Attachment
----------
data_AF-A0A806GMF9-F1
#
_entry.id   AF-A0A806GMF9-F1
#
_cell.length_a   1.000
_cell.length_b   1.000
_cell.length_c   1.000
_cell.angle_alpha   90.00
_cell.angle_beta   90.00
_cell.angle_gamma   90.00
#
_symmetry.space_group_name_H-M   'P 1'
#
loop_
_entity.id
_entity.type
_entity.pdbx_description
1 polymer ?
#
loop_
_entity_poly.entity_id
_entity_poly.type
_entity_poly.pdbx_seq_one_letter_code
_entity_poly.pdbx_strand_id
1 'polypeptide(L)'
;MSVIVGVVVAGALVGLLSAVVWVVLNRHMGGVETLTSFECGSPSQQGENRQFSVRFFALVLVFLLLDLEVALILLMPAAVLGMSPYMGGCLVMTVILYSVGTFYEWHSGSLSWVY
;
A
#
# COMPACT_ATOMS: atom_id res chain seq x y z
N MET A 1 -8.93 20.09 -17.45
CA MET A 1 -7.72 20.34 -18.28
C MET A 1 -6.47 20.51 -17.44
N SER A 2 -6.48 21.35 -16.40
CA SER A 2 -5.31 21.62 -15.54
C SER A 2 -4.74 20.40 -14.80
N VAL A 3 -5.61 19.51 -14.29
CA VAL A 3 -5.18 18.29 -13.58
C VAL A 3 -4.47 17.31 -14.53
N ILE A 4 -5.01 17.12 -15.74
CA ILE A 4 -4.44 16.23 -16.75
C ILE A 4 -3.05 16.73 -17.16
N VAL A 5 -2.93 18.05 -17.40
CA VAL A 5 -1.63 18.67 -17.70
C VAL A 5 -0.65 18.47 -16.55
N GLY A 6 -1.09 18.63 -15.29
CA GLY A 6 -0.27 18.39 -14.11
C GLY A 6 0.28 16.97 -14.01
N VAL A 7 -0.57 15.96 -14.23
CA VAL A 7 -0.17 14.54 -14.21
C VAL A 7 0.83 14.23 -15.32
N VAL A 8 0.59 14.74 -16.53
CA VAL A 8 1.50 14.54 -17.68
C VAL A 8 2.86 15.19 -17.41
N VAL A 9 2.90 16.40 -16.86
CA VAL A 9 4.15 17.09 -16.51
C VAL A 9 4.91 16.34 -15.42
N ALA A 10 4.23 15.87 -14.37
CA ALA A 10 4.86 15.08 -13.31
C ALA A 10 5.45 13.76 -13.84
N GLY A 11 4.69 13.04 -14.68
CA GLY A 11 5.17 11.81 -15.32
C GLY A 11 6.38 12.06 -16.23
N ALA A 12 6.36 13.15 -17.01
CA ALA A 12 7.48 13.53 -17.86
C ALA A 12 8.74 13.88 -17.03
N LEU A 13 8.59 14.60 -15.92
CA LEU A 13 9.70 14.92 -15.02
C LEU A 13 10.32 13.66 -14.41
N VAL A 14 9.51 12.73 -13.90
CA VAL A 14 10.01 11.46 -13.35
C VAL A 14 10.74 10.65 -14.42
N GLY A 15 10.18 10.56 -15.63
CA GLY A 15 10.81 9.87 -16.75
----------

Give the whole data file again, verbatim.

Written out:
data_AF-A0A806GMF9-F1
#
_entry.id   AF-A0A806GMF9-F1
#
_cell.length_a   1.000
_cell.length_b   1.000
_cell.length_c   1.000
_cell.angle_alpha   90.00
_cell.angle_beta   90.00
_cell.angle_gamma   90.00
#
_symmetry.space_group_name_H-M   'P 1'
#
loop_
_entity.id
_entity.type
_entity.pdbx_description
1 polymer ?
#
loop_
_entity_poly.entity_id
_entity_poly.type
_entity_poly.pdbx_seq_one_letter_code
_entity_poly.pdbx_strand_id
1 'polypeptide(L)'
;MSVIVGVVVAGALVGLLSAVVWVVLNRHMGGVETLTSFECGSPSQQGENRQFSVRFFALVLVFLLLDLEVALILLMPAAVLGMSPYMGGCLVMTVILYSVGTFYEWHSGSLSWVY
;
A
#
# COMPACT_ATOMS: atom_id res chain seq x y z
N MET A 1 -8.93 20.09 -17.45
CA MET A 1 -7.72 20.34 -18.28
C MET A 1 -6.47 20.51 -17.44
N SER A 2 -6.48 21.35 -16.40
CA SER A 2 -5.31 21.62 -15.54
C SER A 2 -4.74 20.40 -14.80
N VAL A 3 -5.61 19.51 -14.29
CA VAL A 3 -5.18 18.29 -13.58
C VAL A 3 -4.47 17.31 -14.53
N ILE A 4 -5.01 17.12 -15.74
CA ILE A 4 -4.44 16.23 -16.75
C ILE A 4 -3.05 16.73 -17.16
N VAL A 5 -2.93 18.05 -17.40
CA VAL A 5 -1.63 18.67 -17.70
C VAL A 5 -0.65 18.47 -16.55
N GLY A 6 -1.09 18.63 -15.29
CA GLY A 6 -0.27 18.39 -14.11
C GLY A 6 0.28 16.97 -14.01
N VAL A 7 -0.57 15.96 -14.23
CA VAL A 7 -0.17 14.54 -14.21
C VAL A 7 0.83 14.23 -15.32
N VAL A 8 0.59 14.74 -16.53
CA VAL A 8 1.50 14.54 -17.68
C VAL A 8 2.86 15.19 -17.41
N VAL A 9 2.90 16.40 -16.86
CA VAL A 9 4.15 17.09 -16.51
C VAL A 9 4.91 16.34 -15.42
N ALA A 10 4.23 15.87 -14.37
CA ALA A 10 4.86 15.08 -13.31
C ALA A 10 5.45 13.76 -13.84
N GLY A 11 4.69 13.04 -14.68
CA GLY A 11 5.17 11.81 -15.32
C GLY A 11 6.38 12.06 -16.23
N ALA A 12 6.36 13.15 -17.01
CA ALA A 12 7.48 13.53 -17.86
C ALA A 12 8.74 13.88 -17.03
N LEU A 13 8.59 14.60 -15.92
CA LEU A 13 9.70 14.92 -15.02
C LEU A 13 10.32 13.66 -14.41
N VAL A 14 9.51 12.73 -13.90
CA VAL A 14 10.01 11.46 -13.35
C VAL A 14 10.74 10.65 -14.42
N GLY A 15 10.18 10.56 -15.63
CA GLY A 15 10.81 9.87 -16.75